UPDATE: DVP reopens after overnight flooding

The lower end of the DVP was closed into Thursday morning after the Don River overflowed

The banks of the Don River were swollen with muddy, brown water but as traffic got onto GTA highways for Thursday morning's drive into work, the Don Valley Parkway was open.

Heavy rain caused flooding on the DVP Wednesday night.  The freeways was shut down at 10:15pm south of Bloor Street. 

It started to re-open around 6:00am.

The Toronto Region Conservation Authority is also asking everyone to stay away from rivers and lakes because they are at dangerously high levels.

That warning will continue throughout Thursday.

Some parts of the GTA received in excess of 50 millimetres of rain -- upwards of 2 inches and in central Toronto that could have hit as high as 3 inches.

The flooding was extensive.  In variably the flood prone areas got hit the worst, meaning the lower end of the Don Valley Parkway, Pottery Road, the Bayview extension and Sunnybrook park.

On Wednesday, it wasn't long before reports of flooding were called into the NEWSTALK 1010 newsroom; specifically on off ramps from the 401 and up at Jane and Wilson, where a car was partially submerged and stuck.

"It's very hard to judge how deep that water is, and as we've seen in the past, people are tempted to negotiate those flooded areas only to be stuck, and eventually written off"

Constable Clint Stibbe went on to say they will be focusing on safety of people and drivers before helping get cars unstuck.

Toronto Fire officials were also called out to the Humber River Wednesday to come to the aid of people who somehow fell in.

"There was a male in the water who was able to get himself out, and a female was holding on to a tree, but we got a hold of her and brought her to shore," says Toronto Fire Captain Stephan Powell.

They were also called out to Sunnybrook Park near Leslie and Eglinton, to help rescue people out of vehicles that became submerged after a creek overflowed. Two people were rescued, but Toronto Fire officials say no one suffered injuries.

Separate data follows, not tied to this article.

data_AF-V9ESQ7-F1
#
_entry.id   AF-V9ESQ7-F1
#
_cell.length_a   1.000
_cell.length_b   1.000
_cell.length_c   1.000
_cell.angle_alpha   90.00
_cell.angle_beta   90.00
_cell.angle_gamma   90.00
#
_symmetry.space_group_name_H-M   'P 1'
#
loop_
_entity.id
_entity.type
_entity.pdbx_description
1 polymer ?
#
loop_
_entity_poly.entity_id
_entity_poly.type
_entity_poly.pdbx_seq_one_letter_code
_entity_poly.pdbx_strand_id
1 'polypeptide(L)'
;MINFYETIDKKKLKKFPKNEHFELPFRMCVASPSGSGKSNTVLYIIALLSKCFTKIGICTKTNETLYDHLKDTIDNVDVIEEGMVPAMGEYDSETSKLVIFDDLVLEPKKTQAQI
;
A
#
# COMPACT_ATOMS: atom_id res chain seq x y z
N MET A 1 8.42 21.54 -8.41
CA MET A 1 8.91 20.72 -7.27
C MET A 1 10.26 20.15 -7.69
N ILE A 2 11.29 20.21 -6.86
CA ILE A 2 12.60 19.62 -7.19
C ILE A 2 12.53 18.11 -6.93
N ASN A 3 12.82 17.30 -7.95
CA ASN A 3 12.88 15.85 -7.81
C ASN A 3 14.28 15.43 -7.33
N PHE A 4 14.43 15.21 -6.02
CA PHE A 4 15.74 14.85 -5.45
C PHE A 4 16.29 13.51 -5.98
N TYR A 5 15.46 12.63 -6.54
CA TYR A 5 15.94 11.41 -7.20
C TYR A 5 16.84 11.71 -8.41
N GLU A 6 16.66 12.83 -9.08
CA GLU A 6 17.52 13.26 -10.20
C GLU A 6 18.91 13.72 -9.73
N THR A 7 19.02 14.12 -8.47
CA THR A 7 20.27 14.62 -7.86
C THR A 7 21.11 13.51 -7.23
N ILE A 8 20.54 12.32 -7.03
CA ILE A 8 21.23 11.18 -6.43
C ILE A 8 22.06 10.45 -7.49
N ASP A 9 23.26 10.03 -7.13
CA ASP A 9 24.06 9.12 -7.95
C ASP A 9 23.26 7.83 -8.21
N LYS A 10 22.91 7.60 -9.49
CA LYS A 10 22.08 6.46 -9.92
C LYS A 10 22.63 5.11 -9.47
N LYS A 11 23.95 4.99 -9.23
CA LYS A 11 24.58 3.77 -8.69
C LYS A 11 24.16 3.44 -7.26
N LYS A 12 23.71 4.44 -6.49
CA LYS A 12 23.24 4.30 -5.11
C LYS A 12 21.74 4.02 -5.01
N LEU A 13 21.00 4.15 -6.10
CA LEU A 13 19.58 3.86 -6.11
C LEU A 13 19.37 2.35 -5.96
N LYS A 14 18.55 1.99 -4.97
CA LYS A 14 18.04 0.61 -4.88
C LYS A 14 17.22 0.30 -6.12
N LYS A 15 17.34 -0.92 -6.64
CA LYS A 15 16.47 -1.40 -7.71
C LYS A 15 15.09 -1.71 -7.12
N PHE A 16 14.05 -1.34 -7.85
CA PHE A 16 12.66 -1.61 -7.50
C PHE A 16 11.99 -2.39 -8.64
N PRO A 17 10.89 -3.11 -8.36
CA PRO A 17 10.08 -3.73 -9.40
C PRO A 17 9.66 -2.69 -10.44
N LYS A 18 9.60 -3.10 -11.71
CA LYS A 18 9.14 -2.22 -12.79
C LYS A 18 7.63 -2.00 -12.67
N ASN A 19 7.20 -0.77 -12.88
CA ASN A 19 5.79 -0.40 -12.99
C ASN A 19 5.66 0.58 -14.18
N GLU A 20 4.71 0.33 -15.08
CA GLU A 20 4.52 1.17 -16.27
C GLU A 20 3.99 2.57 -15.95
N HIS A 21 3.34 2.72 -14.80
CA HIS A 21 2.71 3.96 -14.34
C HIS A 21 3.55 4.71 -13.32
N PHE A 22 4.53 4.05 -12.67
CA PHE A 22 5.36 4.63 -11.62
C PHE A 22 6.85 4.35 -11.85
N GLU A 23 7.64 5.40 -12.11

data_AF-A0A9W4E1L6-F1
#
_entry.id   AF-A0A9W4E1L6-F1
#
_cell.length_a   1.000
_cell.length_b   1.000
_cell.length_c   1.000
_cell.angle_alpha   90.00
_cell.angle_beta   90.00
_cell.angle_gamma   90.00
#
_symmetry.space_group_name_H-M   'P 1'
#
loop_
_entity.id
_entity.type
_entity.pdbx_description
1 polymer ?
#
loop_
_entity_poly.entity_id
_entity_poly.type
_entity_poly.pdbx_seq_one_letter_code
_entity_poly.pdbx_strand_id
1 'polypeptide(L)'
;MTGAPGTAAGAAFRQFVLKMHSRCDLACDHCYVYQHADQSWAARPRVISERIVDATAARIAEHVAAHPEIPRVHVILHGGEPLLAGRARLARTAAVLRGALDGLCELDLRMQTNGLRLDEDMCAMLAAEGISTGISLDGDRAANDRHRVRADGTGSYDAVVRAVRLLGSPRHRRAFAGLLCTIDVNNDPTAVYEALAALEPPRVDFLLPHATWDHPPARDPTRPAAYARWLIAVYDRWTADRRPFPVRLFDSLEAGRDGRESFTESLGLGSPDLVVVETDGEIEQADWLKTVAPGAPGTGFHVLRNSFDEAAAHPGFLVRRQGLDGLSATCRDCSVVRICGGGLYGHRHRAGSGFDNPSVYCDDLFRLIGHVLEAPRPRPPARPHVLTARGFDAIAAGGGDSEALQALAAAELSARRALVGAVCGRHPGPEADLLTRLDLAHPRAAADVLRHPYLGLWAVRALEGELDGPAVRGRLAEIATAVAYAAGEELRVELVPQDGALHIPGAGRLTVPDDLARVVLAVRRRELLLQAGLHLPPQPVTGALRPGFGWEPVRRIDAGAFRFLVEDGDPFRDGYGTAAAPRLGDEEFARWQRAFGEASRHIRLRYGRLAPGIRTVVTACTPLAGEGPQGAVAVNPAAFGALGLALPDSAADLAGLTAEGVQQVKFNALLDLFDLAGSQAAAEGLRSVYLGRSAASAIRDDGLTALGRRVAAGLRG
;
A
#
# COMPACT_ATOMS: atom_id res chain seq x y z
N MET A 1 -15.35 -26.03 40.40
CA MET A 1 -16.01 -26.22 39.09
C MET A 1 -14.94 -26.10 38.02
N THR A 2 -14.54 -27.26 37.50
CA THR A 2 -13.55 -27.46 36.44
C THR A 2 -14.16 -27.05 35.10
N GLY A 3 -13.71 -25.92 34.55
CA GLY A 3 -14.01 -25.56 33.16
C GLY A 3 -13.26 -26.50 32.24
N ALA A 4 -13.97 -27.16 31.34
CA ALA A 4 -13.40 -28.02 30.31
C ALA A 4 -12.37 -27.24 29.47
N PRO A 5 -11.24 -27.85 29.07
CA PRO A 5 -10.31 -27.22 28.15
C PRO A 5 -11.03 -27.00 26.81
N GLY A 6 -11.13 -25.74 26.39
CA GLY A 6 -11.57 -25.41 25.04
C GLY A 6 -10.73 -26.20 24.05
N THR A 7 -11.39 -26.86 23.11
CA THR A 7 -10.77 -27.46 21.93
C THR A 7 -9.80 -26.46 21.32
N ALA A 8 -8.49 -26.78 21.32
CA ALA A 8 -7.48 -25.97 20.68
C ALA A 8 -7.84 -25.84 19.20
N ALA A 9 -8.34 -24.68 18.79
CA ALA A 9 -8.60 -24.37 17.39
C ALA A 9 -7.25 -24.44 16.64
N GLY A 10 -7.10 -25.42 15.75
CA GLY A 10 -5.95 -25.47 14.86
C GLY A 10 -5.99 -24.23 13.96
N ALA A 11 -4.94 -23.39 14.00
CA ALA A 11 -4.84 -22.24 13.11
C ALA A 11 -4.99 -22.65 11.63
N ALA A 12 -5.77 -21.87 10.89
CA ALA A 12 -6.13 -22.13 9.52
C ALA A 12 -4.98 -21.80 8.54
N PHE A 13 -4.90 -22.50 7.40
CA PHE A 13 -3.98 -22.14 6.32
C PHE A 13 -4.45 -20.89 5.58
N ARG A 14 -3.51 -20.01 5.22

Both Toronto Fire and Police officials are reminding people to stay far away from the banks of the rivers, and if they are walking in the area with their pet and it gets caught in the water, don't go in and follow it. Often times animals will get out on their own safely.

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  1. JohnH_6636 posted on 06/26/2014 10:02 AM
    It didn't start raining until my subway made it to Wilson, by the time I made it to the surface at Downsview it was heavy buckets falling. It had apparently spent only a few minutes in Vaughan so I opted to wait, but it didn't stop, so I braved the elements to the parking lot, where the bus laneway between the parking lot and the subway entrance was a lake. Walking around the lake and clinging to the fence to get to my car I was soaked through. (Bless heated seats) Steeles near Petrolia was also quite flooded, as it was in previous rainstorm within the week. But somehow the rail bridge dips are never flooded here, as they do at Wilson. Despite the obvious lack of visibility in storms like this, the number of people smart enough to use a full light system on their car could be counted on one hand, including myself. It is mind boggling. The last major flood of DVP forced me to Victoria Park to get to work on Lake Shore. Transit has some benefits so far.
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